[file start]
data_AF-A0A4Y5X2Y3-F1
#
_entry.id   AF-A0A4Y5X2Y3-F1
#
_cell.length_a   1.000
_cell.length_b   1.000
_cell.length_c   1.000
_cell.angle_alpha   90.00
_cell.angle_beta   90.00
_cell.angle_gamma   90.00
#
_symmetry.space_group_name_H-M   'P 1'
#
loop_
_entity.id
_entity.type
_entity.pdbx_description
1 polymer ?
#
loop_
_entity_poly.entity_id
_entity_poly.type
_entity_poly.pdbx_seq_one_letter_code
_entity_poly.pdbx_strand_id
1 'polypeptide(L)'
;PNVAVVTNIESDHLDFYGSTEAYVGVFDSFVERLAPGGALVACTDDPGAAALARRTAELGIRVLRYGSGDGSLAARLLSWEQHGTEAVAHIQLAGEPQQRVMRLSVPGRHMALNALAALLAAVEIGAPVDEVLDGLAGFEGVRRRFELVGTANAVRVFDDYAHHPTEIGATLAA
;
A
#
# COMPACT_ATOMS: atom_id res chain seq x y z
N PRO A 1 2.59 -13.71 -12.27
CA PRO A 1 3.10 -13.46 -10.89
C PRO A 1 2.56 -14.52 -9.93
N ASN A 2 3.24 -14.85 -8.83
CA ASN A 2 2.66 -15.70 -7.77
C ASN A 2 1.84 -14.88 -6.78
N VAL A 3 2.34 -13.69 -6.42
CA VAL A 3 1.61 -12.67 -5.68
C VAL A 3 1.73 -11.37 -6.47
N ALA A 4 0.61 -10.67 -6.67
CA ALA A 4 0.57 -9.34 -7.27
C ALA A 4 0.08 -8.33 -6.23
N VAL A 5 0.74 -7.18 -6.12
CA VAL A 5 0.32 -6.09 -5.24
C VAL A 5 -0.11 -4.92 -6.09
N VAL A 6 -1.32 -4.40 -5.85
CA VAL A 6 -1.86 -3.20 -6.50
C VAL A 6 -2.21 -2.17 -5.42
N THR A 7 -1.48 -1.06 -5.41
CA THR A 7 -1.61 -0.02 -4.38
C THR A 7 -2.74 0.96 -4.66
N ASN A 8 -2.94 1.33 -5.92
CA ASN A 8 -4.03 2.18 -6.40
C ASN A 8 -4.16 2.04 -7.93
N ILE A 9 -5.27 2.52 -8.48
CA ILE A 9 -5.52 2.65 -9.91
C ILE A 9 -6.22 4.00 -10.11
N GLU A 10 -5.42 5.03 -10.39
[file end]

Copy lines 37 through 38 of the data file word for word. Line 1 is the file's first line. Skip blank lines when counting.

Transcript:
N VAL A 3 2.34 -13.69 -6.42
CA VAL A 3 1.61 -12.67 -5.68